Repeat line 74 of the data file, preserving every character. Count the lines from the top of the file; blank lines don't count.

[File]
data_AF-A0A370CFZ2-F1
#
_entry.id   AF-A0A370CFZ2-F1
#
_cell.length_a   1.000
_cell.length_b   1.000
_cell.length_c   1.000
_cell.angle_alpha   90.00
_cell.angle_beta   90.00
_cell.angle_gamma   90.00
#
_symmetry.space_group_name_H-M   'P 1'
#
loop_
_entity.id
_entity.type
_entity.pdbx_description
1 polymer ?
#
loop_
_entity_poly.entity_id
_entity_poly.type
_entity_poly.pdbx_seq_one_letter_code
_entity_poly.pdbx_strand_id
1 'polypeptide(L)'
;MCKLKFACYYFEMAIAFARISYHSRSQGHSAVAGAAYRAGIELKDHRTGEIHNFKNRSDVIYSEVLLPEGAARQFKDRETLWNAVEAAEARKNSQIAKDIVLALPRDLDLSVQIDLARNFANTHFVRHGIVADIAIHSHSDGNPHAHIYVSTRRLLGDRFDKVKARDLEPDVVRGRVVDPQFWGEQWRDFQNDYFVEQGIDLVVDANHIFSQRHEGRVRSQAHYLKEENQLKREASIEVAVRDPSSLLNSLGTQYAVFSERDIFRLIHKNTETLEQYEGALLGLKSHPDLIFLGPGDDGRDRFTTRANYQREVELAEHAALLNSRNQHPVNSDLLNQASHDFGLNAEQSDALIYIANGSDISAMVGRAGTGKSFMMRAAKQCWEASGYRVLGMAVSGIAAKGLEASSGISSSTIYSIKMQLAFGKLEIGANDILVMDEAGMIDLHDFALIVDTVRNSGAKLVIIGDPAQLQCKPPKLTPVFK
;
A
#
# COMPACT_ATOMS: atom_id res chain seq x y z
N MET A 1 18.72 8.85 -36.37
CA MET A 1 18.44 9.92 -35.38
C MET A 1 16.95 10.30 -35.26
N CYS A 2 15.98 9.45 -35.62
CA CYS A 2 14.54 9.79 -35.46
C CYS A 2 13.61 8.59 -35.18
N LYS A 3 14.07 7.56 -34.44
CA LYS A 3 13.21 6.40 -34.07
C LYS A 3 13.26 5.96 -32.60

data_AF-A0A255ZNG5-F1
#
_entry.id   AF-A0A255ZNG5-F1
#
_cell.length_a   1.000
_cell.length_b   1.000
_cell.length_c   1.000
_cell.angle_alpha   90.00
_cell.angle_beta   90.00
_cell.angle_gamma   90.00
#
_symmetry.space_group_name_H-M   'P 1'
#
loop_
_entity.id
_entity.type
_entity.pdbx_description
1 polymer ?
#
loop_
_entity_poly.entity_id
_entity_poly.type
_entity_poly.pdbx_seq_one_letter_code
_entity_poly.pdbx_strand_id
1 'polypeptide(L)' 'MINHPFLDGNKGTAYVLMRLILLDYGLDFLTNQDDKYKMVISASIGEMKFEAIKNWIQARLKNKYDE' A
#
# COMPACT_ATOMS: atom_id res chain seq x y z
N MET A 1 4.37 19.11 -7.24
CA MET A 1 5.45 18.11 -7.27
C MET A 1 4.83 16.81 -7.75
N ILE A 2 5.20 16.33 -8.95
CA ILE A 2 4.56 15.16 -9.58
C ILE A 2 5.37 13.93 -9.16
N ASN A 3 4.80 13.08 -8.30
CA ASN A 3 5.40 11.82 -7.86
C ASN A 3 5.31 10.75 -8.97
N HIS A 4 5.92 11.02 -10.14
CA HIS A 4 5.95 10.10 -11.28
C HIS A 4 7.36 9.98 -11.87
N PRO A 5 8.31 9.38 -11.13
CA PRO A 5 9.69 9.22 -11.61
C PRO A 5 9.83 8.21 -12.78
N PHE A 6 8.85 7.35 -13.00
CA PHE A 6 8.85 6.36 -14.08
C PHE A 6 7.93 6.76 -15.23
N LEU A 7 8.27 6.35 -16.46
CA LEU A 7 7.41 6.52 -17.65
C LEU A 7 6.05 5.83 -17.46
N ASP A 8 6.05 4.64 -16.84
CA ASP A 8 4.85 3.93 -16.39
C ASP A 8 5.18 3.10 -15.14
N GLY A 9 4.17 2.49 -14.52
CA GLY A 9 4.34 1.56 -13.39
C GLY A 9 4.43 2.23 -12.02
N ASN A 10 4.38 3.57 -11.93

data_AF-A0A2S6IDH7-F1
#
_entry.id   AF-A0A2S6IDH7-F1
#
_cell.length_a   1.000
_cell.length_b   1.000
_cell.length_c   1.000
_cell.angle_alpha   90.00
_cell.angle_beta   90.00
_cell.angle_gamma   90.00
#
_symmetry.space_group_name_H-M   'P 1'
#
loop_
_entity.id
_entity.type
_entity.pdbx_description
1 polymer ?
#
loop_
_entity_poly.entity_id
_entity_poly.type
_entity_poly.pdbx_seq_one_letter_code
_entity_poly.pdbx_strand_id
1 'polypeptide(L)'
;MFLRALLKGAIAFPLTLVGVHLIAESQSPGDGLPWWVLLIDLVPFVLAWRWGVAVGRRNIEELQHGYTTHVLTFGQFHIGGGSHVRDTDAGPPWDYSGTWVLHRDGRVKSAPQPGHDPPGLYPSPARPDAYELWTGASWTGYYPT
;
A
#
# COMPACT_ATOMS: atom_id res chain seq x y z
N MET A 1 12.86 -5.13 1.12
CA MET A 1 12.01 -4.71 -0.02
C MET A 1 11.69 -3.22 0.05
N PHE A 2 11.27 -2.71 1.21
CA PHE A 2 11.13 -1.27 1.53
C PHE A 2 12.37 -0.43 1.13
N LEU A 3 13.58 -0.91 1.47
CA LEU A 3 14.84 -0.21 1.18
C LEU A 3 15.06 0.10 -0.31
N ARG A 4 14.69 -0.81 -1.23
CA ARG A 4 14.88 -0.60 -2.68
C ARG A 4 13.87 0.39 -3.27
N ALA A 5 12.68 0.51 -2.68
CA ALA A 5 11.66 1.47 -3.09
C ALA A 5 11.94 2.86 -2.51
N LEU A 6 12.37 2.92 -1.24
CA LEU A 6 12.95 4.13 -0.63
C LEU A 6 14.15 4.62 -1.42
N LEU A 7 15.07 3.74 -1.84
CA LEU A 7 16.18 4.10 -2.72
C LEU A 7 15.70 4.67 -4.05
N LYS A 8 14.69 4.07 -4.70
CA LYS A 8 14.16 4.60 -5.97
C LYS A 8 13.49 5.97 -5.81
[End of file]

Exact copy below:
CA ASN A 3 5.40 11.82 -7.86